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Legislative Assembly for the ACT: 1999 Week 13 Hansard (9 December) . . Page.. 4069 ..

MS TUCKER (continuing):

the community and it is absolutely clear that there is an area that needs more resourcing. Say we also can see absolutely clearly that there is nowhere else that we can fairly take money from. Then we cannot make a recommendation as a committee, on behalf of the community, that we can clearly see and are of the view that this Government is failing the ACT community by putting this amount of an appropriation into this particular area of activity. We will not be able to say that. Mr Humphries is saying, "But then everyone will just ask for more". That is why this process is flawed, because we have that opportunity when we look at the whole budget.

Mr Humphries knows that the Greens do come up with suggestions for increasing revenue. We have done. We always do. We look at where we can spend money differently. We do come up with suggestions about priorities. So that is where this whole system is flawed. Anyway, that is why we do not agree with it and with the way it has been broken up.

What my amendment is doing is just basically saying, "Okay, we are going to have to do this work". I have not done this work yet in this way, as the chair of a committee. I would like to know, having done the work, that I am not going to have limits imposed on what kinds of recommendations I make. There is obviously a political issue about whether we have freedom as a committee to make recommendations that we think are appropriate. For that reason, my amendment seeks to remove all words after "Committee" and to substitute the words "for inquiry and report". Basically it is just saying, "Yes, you have to do this work". We will do that work as a committee and we will do it as we always do it, diligently, but do not tell us what kinds of recommendations we can make, because I think that is an incursion on democratic processes and the committee system.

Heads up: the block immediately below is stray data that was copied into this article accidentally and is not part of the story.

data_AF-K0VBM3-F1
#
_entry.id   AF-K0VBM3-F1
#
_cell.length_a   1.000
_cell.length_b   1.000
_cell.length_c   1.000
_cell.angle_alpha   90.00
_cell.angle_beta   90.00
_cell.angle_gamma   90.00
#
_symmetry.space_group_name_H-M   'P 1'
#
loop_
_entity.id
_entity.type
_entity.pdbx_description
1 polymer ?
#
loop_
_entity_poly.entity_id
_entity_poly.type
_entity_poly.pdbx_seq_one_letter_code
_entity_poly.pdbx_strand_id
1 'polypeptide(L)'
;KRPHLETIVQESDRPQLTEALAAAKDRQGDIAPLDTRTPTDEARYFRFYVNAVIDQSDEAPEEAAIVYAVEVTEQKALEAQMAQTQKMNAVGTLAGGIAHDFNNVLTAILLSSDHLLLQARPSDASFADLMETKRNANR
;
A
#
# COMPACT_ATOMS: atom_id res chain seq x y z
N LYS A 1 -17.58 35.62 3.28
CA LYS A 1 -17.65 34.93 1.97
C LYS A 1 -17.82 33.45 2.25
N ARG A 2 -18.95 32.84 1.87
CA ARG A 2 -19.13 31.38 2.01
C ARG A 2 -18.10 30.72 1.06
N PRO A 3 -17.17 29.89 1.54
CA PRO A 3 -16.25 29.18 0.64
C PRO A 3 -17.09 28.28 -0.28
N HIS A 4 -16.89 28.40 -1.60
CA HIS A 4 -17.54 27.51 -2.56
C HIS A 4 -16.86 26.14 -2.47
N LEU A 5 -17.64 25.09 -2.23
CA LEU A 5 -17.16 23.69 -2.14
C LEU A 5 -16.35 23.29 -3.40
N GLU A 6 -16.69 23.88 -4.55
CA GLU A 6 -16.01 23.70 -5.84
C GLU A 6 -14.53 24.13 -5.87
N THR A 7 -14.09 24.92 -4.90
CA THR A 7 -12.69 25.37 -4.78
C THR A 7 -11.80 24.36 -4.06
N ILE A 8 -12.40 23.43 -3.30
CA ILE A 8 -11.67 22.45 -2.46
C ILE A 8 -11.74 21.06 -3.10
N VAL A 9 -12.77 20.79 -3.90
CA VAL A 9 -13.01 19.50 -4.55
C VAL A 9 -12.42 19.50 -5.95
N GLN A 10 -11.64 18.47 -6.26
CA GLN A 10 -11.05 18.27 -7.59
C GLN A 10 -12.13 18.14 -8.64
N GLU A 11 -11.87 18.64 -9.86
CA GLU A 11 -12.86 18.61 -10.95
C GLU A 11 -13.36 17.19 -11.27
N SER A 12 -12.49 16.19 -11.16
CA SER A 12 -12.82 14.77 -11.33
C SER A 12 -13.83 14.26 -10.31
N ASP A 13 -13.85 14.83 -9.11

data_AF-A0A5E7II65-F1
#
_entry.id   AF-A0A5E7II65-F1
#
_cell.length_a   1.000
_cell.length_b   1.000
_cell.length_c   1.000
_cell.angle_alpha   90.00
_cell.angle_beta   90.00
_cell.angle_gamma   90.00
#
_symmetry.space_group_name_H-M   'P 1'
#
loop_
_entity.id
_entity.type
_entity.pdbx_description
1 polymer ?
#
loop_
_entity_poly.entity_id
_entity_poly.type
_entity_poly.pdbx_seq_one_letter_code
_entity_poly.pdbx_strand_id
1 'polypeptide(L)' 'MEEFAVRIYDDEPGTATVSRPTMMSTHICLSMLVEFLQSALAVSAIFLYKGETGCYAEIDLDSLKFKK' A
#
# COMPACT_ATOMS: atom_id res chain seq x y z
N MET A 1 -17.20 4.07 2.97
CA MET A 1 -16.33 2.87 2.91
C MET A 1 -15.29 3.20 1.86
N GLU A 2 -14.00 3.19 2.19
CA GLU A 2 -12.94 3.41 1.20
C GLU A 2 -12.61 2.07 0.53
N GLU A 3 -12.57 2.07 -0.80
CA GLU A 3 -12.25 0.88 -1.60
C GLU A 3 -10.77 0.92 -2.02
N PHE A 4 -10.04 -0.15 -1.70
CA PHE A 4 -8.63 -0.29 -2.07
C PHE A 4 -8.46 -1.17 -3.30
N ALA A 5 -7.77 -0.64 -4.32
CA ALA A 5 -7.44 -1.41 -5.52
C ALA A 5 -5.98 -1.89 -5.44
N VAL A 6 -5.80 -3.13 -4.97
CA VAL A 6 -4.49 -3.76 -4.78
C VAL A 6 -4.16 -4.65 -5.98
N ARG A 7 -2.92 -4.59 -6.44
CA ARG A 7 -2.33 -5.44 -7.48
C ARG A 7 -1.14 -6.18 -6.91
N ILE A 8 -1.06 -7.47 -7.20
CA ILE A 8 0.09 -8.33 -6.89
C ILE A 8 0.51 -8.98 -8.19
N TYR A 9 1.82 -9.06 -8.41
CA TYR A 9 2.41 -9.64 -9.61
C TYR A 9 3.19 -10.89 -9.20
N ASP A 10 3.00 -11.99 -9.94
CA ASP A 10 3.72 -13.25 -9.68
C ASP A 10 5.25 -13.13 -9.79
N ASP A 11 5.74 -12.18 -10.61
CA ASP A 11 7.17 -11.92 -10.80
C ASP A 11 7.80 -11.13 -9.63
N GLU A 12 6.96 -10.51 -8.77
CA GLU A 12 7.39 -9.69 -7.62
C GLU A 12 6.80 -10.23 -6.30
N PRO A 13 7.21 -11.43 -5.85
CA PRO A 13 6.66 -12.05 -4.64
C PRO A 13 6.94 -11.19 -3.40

MR CORBELL (11.17): Mr Speaker, this is a proposal to put a muzzle over the bark of the Assembly. It is a muzzle on the voice of this Assembly, and this Assembly should not for a moment be prepared to accept such a proposition. I come to this debate having chaired the last Select Committee on Estimates for the budget that the Assembly agreed to earlier this year. I come to this debate as a member who sat on an Estimates Committee process prior to that.

I was not here to hear directly in the chamber Mr Humphries' comments when he introduced this debate this morning, but I do not think we heard a proposition that the Government would be prepared to support an Estimates Committee process if this process was put in place. Mr Humphries may want to reject that allegation and say we will have an Estimates Committee process, but there is a sinister agenda afoot here, and that is not understating it. Not only are we being asked to accept an agenda which puts us in the position of being complicit in the development of the Government's primary political tool, as Mr Quinlan quite rightly pointed out, the budget document; we are also being asked to effectively sign away our rights to properly scrutinise the budget through the Estimates Committee process when the budget is finally presented.

What other parliament in the Westminster system signs away those sorts of rights? The only type of parliament that signs away those sorts of rights is a parliament which is completely dominated by one grouping; a parliament dominated at the expense of the

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